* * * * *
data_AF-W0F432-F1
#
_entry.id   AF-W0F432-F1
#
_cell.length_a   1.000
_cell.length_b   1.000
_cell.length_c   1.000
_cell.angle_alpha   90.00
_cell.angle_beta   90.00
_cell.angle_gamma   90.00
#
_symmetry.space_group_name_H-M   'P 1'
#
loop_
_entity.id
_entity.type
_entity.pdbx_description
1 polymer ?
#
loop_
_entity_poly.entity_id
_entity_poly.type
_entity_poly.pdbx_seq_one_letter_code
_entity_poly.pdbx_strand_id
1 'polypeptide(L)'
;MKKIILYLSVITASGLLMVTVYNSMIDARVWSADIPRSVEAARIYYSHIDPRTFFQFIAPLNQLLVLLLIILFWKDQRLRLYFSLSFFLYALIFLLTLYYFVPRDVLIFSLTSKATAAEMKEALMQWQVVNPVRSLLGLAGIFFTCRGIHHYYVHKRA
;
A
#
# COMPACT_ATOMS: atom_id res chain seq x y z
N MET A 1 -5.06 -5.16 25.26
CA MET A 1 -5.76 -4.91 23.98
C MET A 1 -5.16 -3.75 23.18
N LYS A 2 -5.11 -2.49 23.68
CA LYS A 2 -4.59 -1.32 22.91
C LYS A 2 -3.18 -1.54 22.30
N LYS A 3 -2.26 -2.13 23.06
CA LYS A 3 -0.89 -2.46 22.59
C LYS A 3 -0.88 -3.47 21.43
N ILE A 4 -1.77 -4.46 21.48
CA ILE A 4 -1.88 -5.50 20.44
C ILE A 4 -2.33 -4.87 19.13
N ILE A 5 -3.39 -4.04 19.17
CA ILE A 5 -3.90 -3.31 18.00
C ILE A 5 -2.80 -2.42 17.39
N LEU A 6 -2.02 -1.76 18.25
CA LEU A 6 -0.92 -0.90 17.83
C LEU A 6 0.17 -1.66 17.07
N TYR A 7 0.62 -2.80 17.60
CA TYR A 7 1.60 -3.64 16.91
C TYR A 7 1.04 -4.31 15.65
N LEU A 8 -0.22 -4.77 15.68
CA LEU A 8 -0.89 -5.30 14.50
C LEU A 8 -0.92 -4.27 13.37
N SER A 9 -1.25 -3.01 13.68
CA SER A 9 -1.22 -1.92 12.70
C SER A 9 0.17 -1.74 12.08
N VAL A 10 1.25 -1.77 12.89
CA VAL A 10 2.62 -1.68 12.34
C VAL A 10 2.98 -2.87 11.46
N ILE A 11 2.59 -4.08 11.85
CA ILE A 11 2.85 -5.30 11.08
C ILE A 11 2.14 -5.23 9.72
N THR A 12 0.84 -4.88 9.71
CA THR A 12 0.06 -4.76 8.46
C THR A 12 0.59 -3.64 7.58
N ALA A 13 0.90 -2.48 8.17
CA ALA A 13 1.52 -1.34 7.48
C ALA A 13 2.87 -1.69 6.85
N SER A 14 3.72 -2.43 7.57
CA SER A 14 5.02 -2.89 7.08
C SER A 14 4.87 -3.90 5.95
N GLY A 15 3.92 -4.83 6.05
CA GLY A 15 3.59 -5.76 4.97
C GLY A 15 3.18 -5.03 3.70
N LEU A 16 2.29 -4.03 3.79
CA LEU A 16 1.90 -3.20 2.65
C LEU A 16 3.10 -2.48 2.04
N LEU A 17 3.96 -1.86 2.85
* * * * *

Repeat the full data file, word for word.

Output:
data_AF-W0F432-F1
#
_entry.id   AF-W0F432-F1
#
_cell.length_a   1.000
_cell.length_b   1.000
_cell.length_c   1.000
_cell.angle_alpha   90.00
_cell.angle_beta   90.00
_cell.angle_gamma   90.00
#
_symmetry.space_group_name_H-M   'P 1'
#
loop_
_entity.id
_entity.type
_entity.pdbx_description
1 polymer ?
#
loop_
_entity_poly.entity_id
_entity_poly.type
_entity_poly.pdbx_seq_one_letter_code
_entity_poly.pdbx_strand_id
1 'polypeptide(L)'
;MKKIILYLSVITASGLLMVTVYNSMIDARVWSADIPRSVEAARIYYSHIDPRTFFQFIAPLNQLLVLLLIILFWKDQRLRLYFSLSFFLYALIFLLTLYYFVPRDVLIFSLTSKATAAEMKEALMQWQVVNPVRSLLGLAGIFFTCRGIHHYYVHKRA
;
A
#
# COMPACT_ATOMS: atom_id res chain seq x y z
N MET A 1 -5.06 -5.16 25.26
CA MET A 1 -5.76 -4.91 23.98
C MET A 1 -5.16 -3.75 23.18
N LYS A 2 -5.11 -2.49 23.68
CA LYS A 2 -4.59 -1.32 22.91
C LYS A 2 -3.18 -1.54 22.30
N LYS A 3 -2.26 -2.13 23.06
CA LYS A 3 -0.89 -2.46 22.59
C LYS A 3 -0.88 -3.47 21.43
N ILE A 4 -1.77 -4.46 21.48
CA ILE A 4 -1.88 -5.50 20.44
C ILE A 4 -2.33 -4.87 19.13
N ILE A 5 -3.39 -4.04 19.17
CA ILE A 5 -3.90 -3.31 18.00
C ILE A 5 -2.80 -2.42 17.39
N LEU A 6 -2.02 -1.76 18.25
CA LEU A 6 -0.92 -0.90 17.83
C LEU A 6 0.17 -1.66 17.07
N TYR A 7 0.62 -2.80 17.60
CA TYR A 7 1.60 -3.64 16.91
C TYR A 7 1.04 -4.31 15.65
N LEU A 8 -0.22 -4.77 15.68
CA LEU A 8 -0.89 -5.30 14.50
C LEU A 8 -0.92 -4.27 13.37
N SER A 9 -1.25 -3.01 13.68
CA SER A 9 -1.22 -1.92 12.70
C SER A 9 0.17 -1.74 12.08
N VAL A 10 1.25 -1.77 12.89
CA VAL A 10 2.62 -1.68 12.34
C VAL A 10 2.98 -2.87 11.46
N ILE A 11 2.59 -4.08 11.85
CA ILE A 11 2.85 -5.30 11.08
C ILE A 11 2.14 -5.23 9.72
N THR A 12 0.84 -4.88 9.71
CA THR A 12 0.06 -4.76 8.46
C THR A 12 0.59 -3.64 7.58
N ALA A 13 0.90 -2.48 8.17
CA ALA A 13 1.52 -1.34 7.48
C ALA A 13 2.87 -1.69 6.85
N SER A 14 3.72 -2.43 7.57
CA SER A 14 5.02 -2.89 7.08
C SER A 14 4.87 -3.90 5.95
N GLY A 15 3.92 -4.83 6.05
CA GLY A 15 3.59 -5.76 4.97
C GLY A 15 3.18 -5.03 3.70
N LEU A 16 2.29 -4.03 3.79
CA LEU A 16 1.90 -3.20 2.65
C LEU A 16 3.10 -2.48 2.04
N LEU A 17 3.96 -1.86 2.85